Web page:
Recession hits top jobs at Cemex Angling

The recession has claimed another high-profile victim in angling with the news that the boss of the country’s biggest fishery organisation was being made redundant.

CEMEX Angling manager Mick Barnes and his second in charge, Roo Newby, have been told their jobs were being merged as part of a cost-cutting initiative by parent company CEMEX UK Operations Ltd.

And Mick, one of the most respected names in fisheries, has announced he has turned down an invitation to reapply for the new position.

“I’m proud of what I achieved in the past three-and-a-half years at CEMEX Angling, but I won’t be putting my health and happiness at risk by taking on twice as much work for the same money just to get my boss out of a hole,” said Mick.

“I suspect the company is looking to downsize its angling commitment and focus their attentions on premier waters, such as those on the Yateley Complex,” he added.

Mick will look for another job in fisheries or the tackle trade, while Sparsholt College graduate Roo is thought to be first in line for the new job.

As to what the future has in store for the 23,000 customers who fish CEMEX’s waters, little is known because the company’s director of property Simon Barrett is unprepared to make a statement.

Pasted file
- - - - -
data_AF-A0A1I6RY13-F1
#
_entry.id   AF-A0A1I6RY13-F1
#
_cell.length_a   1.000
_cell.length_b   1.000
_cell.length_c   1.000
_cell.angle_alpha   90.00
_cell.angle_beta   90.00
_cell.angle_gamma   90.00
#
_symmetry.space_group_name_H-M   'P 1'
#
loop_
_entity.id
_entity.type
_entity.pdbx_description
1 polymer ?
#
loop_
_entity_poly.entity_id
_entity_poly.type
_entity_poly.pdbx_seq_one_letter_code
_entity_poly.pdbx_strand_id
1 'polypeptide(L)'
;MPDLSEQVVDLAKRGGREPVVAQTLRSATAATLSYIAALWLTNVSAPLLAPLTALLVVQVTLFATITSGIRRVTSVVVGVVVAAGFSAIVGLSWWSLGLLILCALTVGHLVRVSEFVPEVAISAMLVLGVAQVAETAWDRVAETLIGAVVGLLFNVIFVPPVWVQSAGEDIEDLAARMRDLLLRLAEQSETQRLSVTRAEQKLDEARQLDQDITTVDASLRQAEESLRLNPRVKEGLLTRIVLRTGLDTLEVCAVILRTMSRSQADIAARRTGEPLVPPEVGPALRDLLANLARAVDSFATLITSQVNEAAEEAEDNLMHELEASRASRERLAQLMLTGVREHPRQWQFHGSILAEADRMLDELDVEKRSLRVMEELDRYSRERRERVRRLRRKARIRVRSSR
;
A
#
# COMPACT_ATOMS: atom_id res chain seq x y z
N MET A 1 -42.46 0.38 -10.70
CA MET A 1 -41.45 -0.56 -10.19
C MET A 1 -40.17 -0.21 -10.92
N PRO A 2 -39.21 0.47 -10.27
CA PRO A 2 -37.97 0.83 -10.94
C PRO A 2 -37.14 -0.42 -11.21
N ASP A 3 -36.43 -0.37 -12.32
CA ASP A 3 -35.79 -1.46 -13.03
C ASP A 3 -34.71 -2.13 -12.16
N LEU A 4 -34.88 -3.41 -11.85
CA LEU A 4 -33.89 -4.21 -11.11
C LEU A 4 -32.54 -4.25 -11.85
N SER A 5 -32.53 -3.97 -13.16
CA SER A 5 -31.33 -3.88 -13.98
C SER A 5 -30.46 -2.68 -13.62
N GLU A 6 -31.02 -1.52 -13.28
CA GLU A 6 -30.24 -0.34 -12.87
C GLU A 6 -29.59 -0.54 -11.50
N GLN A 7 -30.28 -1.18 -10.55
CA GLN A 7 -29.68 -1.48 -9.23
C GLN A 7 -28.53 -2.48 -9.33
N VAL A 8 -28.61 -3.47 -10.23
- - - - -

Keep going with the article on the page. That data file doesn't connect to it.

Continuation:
But Angling Times understands that the brakes have been put on a number of proposed investments for the forthcoming season, including the decision not to bid for a renewed lease on popular specimen fishing complex Fishers Green in Lea Valley Park, Hertfordshire.

Elsewhere around the country, many other commercial fisheries have been left reeling from the combination of a recession and the worst winter weather for 30 years.

“It’s been a really hard time this winter. I’m lucky we’re a family-run business with low overheads ¬ lots of smaller fisheries have been really up against it,” said Garbolino Lindholme Lakes owner Neil Grantham.

“My £10,000 winter league cost me £3,000 due to iced-up cancelled days. It probably wasn’t the best winter to invest £200,000 in a new café, tackle shop and extra fish but what can you, you’ve got to do something to attract the customers?” he said.